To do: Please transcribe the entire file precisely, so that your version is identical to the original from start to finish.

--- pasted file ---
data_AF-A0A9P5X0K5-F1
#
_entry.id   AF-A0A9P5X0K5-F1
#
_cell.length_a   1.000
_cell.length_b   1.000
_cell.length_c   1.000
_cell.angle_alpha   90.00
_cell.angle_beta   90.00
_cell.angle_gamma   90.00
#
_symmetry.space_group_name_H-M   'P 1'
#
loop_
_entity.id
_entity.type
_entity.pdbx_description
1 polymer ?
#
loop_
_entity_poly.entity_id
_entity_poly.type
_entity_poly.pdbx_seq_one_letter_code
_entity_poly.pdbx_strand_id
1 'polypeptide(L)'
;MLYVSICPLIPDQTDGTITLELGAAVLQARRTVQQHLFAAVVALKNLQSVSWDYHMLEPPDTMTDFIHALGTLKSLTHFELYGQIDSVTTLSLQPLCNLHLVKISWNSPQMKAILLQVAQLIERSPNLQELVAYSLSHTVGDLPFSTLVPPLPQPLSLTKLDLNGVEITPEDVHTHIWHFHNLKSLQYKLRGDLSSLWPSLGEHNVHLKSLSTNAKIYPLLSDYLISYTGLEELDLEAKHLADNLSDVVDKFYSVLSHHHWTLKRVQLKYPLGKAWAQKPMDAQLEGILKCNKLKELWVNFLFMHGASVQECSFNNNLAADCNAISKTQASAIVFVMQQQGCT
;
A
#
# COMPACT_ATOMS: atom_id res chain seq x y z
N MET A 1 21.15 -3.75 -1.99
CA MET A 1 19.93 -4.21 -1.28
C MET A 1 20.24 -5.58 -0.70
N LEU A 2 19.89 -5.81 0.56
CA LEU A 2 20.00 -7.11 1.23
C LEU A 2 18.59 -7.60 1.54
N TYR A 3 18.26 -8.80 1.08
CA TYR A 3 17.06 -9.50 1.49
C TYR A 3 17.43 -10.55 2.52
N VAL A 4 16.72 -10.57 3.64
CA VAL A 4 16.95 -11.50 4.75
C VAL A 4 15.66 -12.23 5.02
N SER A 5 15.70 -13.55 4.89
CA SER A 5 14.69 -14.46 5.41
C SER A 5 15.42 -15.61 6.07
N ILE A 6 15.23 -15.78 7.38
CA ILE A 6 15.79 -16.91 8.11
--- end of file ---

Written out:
data_AF-A0A9P5X0K5-F1
#
_entry.id   AF-A0A9P5X0K5-F1
#
_cell.length_a   1.000
_cell.length_b   1.000
_cell.length_c   1.000
_cell.angle_alpha   90.00
_cell.angle_beta   90.00
_cell.angle_gamma   90.00
#
_symmetry.space_group_name_H-M   'P 1'
#
loop_
_entity.id
_entity.type
_entity.pdbx_description
1 polymer ?
#
loop_
_entity_poly.entity_id
_entity_poly.type
_entity_poly.pdbx_seq_one_letter_code
_entity_poly.pdbx_strand_id
1 'polypeptide(L)'
;MLYVSICPLIPDQTDGTITLELGAAVLQARRTVQQHLFAAVVALKNLQSVSWDYHMLEPPDTMTDFIHALGTLKSLTHFELYGQIDSVTTLSLQPLCNLHLVKISWNSPQMKAILLQVAQLIERSPNLQELVAYSLSHTVGDLPFSTLVPPLPQPLSLTKLDLNGVEITPEDVHTHIWHFHNLKSLQYKLRGDLSSLWPSLGEHNVHLKSLSTNAKIYPLLSDYLISYTGLEELDLEAKHLADNLSDVVDKFYSVLSHHHWTLKRVQLKYPLGKAWAQKPMDAQLEGILKCNKLKELWVNFLFMHGASVQECSFNNNLAADCNAISKTQASAIVFVMQQQGCT
;
A
#
# COMPACT_ATOMS: atom_id res chain seq x y z
N MET A 1 21.15 -3.75 -1.99
CA MET A 1 19.93 -4.21 -1.28
C MET A 1 20.24 -5.58 -0.70
N LEU A 2 19.89 -5.81 0.56
CA LEU A 2 20.00 -7.11 1.23
C LEU A 2 18.59 -7.60 1.54
N TYR A 3 18.26 -8.80 1.08
CA TYR A 3 17.06 -9.50 1.49
C TYR A 3 17.43 -10.55 2.52
N VAL A 4 16.72 -10.57 3.64
CA VAL A 4 16.95 -11.50 4.75
C VAL A 4 15.66 -12.23 5.02
N SER A 5 15.70 -13.55 4.89
CA SER A 5 14.69 -14.46 5.41
C SER A 5 15.42 -15.61 6.07
N ILE A 6 15.23 -15.78 7.38
CA ILE A 6 15.79 -16.91 8.11